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Filipina in viral window-cleaning photos files landmark case vs employer

26 September 2017

By Daisy CL Mandap 

The Filipina domestic worker pictured cleaning windows from outside a high-rise in Repulse Bay at the height of a typhoon is seeking 13 months’ pay for her alleged illegal sacking.

M.R. Sta. Cruz, 37, filed the landmark claim for the remaining portion of her contract on Aug. 31, citing her employer’s alleged violation of the Hong Kong government’s policy against unsafe window cleaning by foreign domestic workers.

She was terminated on Apr. 29, a few days after a concerned neighbor took pictures of her cleaning the taped-up windows of her employer’s first-floor flat in Grand Garden.

The pictures that were uploaded on Facebook by Elpie Elba, were allegedly taken on Aug. 23, shortly after typhoon signals were lowered from 8 to 3, as Hato, one of the strongest storms to hit Hong Kong in years, was still making its presence felt in the city.

According to the Mission for Migrant Workers’ Edwina Antonio, the Labour Department accepted the claim after being furnished copies of the pictures that garnered more than a thousand likes on Facebook and were shared by dozens of people.

“The officer who took the complaint did not say anything when we said the claim was for M’s salary for the remaining period in her contract,” Antonio said.

On top of the 13 months’ wage claim, Sta. Cruz is also seeking reimbursement for the plane ticket she bought in July this year, after her employers allegedly forced her to take her annual leave while they went on a vacation in the United States.

She is also hoping that the Immigration Department would allow her to process a new work contract after her claims against her employer had been resolved.

Sta. Cruz told The SUN in an earlier interview that her employers told her to clean their windows daily. When she asked if that was allowed, her employers reportedly said that the window-cleaning prohibition did not apply to them as they were still bound by the old contract that did not have this provision.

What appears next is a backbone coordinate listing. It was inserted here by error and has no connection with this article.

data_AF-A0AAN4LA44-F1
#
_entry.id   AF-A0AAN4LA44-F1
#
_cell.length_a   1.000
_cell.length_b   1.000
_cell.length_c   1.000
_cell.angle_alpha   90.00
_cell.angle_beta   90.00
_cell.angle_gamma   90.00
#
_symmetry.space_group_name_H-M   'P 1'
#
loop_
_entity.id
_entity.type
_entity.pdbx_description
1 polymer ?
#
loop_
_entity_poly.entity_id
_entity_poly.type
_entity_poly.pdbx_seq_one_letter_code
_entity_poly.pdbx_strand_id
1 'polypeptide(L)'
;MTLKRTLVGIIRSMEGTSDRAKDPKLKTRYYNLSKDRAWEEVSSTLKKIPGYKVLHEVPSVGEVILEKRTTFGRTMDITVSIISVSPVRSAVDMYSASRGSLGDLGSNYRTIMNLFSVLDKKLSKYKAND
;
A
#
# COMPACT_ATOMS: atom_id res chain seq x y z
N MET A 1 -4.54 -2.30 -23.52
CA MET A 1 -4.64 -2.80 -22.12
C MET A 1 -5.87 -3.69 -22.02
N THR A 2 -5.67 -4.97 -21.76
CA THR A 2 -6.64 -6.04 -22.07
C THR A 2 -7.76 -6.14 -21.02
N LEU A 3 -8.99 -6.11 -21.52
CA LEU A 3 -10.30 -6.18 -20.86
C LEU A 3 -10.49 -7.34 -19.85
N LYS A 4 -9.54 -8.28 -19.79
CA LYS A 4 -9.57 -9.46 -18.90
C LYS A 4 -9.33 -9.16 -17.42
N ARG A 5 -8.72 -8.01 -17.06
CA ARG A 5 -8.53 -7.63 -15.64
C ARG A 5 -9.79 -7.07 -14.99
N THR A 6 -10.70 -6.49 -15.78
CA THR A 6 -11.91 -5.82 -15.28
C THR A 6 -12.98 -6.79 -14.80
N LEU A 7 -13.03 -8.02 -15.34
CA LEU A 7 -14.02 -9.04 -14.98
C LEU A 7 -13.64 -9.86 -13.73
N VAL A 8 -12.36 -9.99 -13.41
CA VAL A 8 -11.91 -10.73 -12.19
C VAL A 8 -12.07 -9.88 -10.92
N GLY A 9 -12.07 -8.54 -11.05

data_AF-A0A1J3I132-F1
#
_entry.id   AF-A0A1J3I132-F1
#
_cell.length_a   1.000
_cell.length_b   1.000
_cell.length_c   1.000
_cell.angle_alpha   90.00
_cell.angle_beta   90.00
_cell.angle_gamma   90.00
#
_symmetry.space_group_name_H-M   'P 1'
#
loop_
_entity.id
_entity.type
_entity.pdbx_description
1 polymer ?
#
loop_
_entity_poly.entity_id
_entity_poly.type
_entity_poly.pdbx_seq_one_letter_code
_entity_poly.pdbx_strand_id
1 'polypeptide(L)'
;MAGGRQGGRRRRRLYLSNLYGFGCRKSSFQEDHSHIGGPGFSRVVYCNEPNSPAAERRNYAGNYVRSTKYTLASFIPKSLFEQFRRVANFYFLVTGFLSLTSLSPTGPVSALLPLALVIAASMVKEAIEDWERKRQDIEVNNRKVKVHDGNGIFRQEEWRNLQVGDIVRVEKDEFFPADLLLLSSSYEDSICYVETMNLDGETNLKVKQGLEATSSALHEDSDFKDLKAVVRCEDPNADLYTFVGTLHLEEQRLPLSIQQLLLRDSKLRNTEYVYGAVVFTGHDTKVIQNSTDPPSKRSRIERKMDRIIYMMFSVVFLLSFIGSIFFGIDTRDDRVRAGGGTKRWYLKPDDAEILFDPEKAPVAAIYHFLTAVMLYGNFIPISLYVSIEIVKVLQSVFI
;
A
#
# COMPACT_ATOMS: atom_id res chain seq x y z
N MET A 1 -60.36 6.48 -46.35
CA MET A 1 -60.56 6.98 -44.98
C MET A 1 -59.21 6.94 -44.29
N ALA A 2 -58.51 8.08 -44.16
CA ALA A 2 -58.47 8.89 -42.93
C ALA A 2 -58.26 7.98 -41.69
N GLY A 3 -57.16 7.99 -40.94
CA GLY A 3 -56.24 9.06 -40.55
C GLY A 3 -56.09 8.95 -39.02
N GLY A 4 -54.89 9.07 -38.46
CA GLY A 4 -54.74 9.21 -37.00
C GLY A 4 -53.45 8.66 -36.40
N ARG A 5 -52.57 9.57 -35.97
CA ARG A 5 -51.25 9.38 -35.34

Sta. Cruz, who is on her first overseas employment, said she and her employer signed the old green-colored contract in August last year, but she arrived in Hong Kong to start working for his family on Oct 15.

The new blue contracts that were issued starting Jan. 1 this year contain a provision that stipulates that, “when an employer requires the helper to clean the outside of any window which is not located on the ground level or adjacent to a balcony (on which it must be reasonably safe for the helper to work) or common corridor, this must be performed under the following conditions:

(i) the window being cleaned is fitted with a grille which is locked or secured in a manner that prevents the grille from being opened; and

(ii) no part of the helper’s body extends beyond the window ledge except the arms.”

The prohibition was imposed in the wake of debates sparked by Labor Attache Jalilo dela Torre’s unilateral decision to require employers of Filipino domestic workers to sign an undertaking not to order their helpers to clean windows from the outside.

He took the move shortly after Filipina helper Rinalyn Dulluog fell while cleaning the windows of her employer’s flat in a high-rise on Lohas Park on Aug. 9 last year

Earlier, Sta. Cruz also got the Philippine Overseas Labor Office to put her employer on its blacklist for willfully violating their employment contract.

With help from the Mission and POLO, she also filed a claim for subsistence allowance from her insurers in the Philippines while she pursues her case in Hong Kong. Under the terms of the insurance, she could claim US$100 for every month that she is involved in litigation, for a maximum period of six months.

According to Sta. Cruz, her employers kept prodding her to write a termination letter after she questioned them about her window cleaning. She was reportedly told that if she was unhappy working for them she could leave, but she did not budge.

In retaliation, she was given a termination letter and told to leave the house shortly after midnight on Aug. 29. She was given her unpaid salary, a month’s pay in lieu of notice, and air ticket.
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